We hope everyone had a nice Labor Day Weekend and got to enjoy their gardens. The weather is starting to cool to wonderful temperature for being outdoors and enjoying our landscapes.  While you are out there check out what you can prune, fertalize and plant.  Also, check out how to care for your lawn and the pests that may be harming your landscape! 

These pests may be feasting on your garden! 

  • Budworms
  • Spider mites
  • Aphids
  • Lace bugs tend to be a problem on photinia, toyon and baccharis.

How to treat: A mix of insecticidal soap and Orthene gives good control of lace bugs. Insecticidal soap can also be used to control the aphids and Spider Mites.  Repeat application may be needed for complete control.


plantWhat to Plant: It is time to get your winter annuals in which include:

  • Annual candy tuff
  • Bachelor button
  • Calendula
  • Chrysanthemum
  • Cyclamen

garden

  • Dianthus
  • Forget-me-not
  • Lobelia
  • Pansy
  • Poppy
  • Snapdragon

care

  • Stock
  • Viola

It’s also a good idea to divide and replant overgrown perennials like Asparagus, bergenia, coral bells, day lily, Shasta daisy and yarrow.

 

 

Fertilizing 

Apply a balanced fertilizer to newly planted annuals. Use a low nitrogen fertilizer on the rest of the landscape unless specific plants show signs of nitrogen deficiency (general yellowing of the older leaves). Note: Over watering can leach nutrients and reduce the plants ability to take up the nutrients that are in the soil. Since this is a common problem for our heavy clay soils, check soil to see if too much water is causing the problem. Apply little or no nitrogen to frost sensitive plants as it will only push new growth which will burn with the frost this winter.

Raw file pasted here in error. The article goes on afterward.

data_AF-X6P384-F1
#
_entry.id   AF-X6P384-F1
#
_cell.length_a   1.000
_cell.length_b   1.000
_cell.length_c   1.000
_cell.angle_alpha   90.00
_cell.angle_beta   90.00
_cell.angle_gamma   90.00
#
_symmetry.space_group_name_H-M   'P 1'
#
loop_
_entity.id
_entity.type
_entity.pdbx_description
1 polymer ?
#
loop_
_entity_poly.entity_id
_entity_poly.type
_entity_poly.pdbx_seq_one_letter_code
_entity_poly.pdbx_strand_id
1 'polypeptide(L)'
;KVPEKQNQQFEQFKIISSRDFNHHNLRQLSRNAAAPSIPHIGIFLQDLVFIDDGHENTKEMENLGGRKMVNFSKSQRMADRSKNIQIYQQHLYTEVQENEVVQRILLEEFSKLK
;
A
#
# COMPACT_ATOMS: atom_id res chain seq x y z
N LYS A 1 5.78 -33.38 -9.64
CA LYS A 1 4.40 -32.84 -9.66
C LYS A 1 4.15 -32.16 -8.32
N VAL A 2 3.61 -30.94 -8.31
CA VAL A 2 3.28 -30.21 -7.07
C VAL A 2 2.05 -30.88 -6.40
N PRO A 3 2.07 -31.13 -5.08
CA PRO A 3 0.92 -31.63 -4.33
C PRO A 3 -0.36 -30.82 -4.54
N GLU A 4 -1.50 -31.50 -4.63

It’s Time to Prune Shrubs and hedges! 

These should be trimmed lightly to maintain form, and keep pruning roses and crape myrtle’s lightly to maintain good air circulation as this helps reduce mildew problems and encourages fall blooming.

What to know about Lawns

lawn care

 Cool season turf varieties such as Kentucky bluegrass, perennial ryegrass and fescues are beginning to get a break from the Summer heat so their growth will begin to speed up a little even without fertilizer.  Apply a selective broadleaf weed killer as weeds are very vulnerable now. Consider aerating your lawn now if you did not do it this spring, or if your lawn gets lots of traffic and play.

As a Note

Late September and early October are the best times to renovate lawns and it is also the time to over seed warm season grasses that will soon be going dormant. The soil is warm and the days are often cool which is ideal for seed or sod-establishment.